KCL issues apology to staff after including a photo of Prince Philip in an email
Free speech campaigners and MPs have criticised the complaints of staff regarding the Duke of Edinburgh’s “history of racist and sexist comments”
Following the Duke of Edinburgh’s death on April 9th, employees at King’s College London were sent an email bulletin with a photo of Prince Philip opening the university’s Maughan Library with the Queen in 2002. Prince Philip was appointed as the university’s Life Governor in 1995.
The photo was captioned: “As the nation marks the death of HRH Prince Philip, the Duke of Edinburgh, we thought you might like to see this photo of the Duke at the official opening of the Maughan Library in 2002, which some colleagues will remember.”
Although the content of the email was not directly offensive, the university’s Anti-Racism Community of Practice made complaints, claiming that the email caused harm due to the Duke’s “history of racist and sexist comments.” The outrage was the result of multiple previously reported insensitive comments made by the Duke of Edinburgh, ranging from inappropriate comments about women’s bodies to ableist comments and racially insensitive remarks.
After receiving several complaints from staff, Associate Director Joleen Clarke issued an apology: “The picture was included as a historical reference point following his death.”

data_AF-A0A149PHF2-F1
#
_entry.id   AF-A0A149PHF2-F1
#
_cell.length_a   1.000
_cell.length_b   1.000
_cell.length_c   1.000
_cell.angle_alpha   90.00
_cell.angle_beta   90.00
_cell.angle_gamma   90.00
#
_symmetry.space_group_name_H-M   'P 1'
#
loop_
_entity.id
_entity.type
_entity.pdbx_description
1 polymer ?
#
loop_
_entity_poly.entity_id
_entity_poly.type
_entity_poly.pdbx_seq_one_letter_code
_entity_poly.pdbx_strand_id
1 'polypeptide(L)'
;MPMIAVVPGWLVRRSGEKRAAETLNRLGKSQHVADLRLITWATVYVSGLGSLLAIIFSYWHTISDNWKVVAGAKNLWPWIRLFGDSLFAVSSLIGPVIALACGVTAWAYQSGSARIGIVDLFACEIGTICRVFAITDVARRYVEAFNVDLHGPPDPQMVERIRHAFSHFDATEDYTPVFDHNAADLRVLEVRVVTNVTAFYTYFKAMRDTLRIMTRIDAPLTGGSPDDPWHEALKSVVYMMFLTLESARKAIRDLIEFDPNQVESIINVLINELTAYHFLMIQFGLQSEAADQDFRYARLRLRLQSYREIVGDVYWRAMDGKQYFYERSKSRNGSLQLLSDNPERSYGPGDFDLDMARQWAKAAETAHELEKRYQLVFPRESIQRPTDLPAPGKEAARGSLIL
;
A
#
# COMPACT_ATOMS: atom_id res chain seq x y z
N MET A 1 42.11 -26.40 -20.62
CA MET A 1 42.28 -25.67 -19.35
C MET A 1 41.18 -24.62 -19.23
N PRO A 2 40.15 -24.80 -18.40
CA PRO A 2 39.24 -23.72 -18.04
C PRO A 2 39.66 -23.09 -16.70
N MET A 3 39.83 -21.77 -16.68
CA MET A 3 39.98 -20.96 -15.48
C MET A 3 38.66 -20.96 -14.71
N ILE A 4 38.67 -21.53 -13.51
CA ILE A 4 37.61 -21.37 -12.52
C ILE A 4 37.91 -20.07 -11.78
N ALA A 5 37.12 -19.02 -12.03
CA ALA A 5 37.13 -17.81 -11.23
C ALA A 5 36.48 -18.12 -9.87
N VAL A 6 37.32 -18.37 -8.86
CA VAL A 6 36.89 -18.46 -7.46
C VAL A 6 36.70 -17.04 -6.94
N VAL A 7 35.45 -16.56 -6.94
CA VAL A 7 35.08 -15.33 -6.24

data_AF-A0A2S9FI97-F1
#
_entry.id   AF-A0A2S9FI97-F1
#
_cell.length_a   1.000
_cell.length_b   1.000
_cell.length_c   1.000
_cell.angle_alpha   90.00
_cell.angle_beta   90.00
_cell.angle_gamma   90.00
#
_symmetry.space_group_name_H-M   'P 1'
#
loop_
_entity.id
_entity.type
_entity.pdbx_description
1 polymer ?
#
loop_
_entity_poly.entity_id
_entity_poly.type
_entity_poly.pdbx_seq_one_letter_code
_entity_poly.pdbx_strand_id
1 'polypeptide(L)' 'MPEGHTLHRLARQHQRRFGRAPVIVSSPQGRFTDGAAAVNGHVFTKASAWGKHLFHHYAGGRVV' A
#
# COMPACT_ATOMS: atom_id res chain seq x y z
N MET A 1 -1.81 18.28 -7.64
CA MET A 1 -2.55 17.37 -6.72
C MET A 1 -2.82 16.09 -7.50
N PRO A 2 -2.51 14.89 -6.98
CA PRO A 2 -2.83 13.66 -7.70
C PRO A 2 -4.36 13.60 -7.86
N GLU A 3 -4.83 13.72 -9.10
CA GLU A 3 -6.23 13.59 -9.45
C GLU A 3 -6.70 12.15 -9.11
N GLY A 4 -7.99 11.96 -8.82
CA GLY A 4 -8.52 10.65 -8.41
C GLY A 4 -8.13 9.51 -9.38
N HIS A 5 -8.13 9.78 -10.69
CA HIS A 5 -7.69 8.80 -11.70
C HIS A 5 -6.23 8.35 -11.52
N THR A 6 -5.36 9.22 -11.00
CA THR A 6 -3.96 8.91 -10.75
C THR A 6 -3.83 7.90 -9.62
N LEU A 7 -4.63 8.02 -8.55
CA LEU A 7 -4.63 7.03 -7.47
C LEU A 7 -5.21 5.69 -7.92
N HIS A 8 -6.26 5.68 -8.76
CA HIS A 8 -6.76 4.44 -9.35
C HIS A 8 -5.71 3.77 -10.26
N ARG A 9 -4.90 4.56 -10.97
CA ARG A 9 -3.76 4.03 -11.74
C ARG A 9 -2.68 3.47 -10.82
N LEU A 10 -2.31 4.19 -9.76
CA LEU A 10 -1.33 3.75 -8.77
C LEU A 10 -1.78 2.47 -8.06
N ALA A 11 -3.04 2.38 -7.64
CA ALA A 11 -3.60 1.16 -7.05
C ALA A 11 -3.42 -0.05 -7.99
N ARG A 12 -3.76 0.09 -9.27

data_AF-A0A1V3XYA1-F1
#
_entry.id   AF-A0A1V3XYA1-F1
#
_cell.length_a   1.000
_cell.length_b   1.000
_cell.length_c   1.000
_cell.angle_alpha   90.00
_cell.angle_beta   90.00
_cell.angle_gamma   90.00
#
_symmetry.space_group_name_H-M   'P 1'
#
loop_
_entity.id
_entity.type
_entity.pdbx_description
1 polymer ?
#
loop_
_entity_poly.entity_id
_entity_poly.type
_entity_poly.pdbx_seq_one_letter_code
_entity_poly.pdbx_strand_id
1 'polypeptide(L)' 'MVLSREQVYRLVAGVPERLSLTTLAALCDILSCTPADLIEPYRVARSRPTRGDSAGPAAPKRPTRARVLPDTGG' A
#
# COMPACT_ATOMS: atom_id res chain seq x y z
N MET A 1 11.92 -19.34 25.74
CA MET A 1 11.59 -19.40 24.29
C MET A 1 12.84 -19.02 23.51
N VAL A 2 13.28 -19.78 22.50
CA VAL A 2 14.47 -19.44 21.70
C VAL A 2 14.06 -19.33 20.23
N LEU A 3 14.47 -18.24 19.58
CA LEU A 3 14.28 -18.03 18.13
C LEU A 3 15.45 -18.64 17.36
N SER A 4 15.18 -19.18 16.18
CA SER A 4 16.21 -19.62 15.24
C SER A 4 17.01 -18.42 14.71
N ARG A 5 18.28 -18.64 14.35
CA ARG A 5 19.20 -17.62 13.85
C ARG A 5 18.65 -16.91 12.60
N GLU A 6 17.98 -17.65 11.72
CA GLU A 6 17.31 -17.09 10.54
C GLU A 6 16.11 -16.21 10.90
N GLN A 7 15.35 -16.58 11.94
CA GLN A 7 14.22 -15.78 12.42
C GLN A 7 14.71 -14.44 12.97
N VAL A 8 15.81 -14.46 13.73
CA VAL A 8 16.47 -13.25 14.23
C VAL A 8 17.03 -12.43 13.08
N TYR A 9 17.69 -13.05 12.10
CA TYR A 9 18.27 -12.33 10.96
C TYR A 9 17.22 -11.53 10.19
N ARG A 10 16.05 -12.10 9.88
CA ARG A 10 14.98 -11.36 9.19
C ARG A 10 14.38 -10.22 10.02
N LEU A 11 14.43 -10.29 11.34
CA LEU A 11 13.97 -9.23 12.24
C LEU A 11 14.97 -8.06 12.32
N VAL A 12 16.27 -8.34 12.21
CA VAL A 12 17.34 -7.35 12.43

She went on: “The inclusion of the picture was not intended to commemorate him. Through feedback and subsequent conversations, we have come to realise the harm that this caused members of our community, because of his history of racist and sexist comments. We are sorry to have caused this harm.”
However, the apology ignited more public criticism and stands accused by free speech campaigners and MPs as the latest example of cancel culture.
In an interview with talkRADIO, King’s College London student and Conservative commentator, Emily Hewertson, called the move a “disgraceful way to treat someone who has done so much.”
She added, “Universities are supposed to encourage rational thought and debate. Yet we have lecturers that are apparently offended by a photo of a great British servant! And it makes me question if we have these people working in our universities how does that come across to our students? We are supposed to be encouraging debate in our university, different ways of thinking.”
Brandon Lewis, the Secretary of State for Northern Ireland and a King’s College alumni posted on Twitter: “This is beyond silly. As an alumni myself, I’m embarrassed about this. HRH was an amazing public servant & this reaction by the University, to a very fair message, is beyond parody.'”
Government Minister James Cleverly as well retweeted the news, along with the caption:
The former Good Morning Britain talk show host, Piers Morgan, also remarked on the situation:
A King’s College London spokesperson commented: “As we previously highlighted in an official university statement, Prince Philip had a long and valued association with King’s. We valued immensely, and remain very proud, of his friendship and support for King’s.”